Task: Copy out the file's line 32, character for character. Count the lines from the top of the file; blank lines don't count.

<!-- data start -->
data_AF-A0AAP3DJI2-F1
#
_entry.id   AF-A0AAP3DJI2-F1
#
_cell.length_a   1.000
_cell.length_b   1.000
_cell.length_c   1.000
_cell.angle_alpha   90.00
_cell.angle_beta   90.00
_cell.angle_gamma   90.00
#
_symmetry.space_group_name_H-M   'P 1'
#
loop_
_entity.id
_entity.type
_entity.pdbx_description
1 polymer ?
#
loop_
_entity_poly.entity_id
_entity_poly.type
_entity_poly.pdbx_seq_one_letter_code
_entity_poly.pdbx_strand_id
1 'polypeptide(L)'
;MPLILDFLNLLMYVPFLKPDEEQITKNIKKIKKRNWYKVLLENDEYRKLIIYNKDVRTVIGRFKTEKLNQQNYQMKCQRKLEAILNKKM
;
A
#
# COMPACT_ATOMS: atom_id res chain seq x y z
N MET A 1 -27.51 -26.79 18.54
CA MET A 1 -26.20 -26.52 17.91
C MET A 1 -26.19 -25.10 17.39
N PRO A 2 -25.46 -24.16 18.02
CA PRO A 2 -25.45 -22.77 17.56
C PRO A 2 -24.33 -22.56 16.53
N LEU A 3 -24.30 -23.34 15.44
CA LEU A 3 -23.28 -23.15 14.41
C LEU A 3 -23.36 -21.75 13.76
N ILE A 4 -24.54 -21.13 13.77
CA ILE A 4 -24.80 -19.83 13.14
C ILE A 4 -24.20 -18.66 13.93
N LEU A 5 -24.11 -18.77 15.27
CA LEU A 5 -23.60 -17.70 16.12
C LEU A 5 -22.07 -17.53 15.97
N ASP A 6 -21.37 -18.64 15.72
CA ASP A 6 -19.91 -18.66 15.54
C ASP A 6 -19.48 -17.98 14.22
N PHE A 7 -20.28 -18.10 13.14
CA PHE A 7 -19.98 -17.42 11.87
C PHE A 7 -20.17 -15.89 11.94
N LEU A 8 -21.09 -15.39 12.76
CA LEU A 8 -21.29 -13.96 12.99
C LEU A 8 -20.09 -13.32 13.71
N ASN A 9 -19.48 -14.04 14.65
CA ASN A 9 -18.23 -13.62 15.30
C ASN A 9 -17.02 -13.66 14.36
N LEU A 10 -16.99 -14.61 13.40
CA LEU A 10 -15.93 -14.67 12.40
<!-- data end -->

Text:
CA MET A 1 -26.20 -26.52 17.91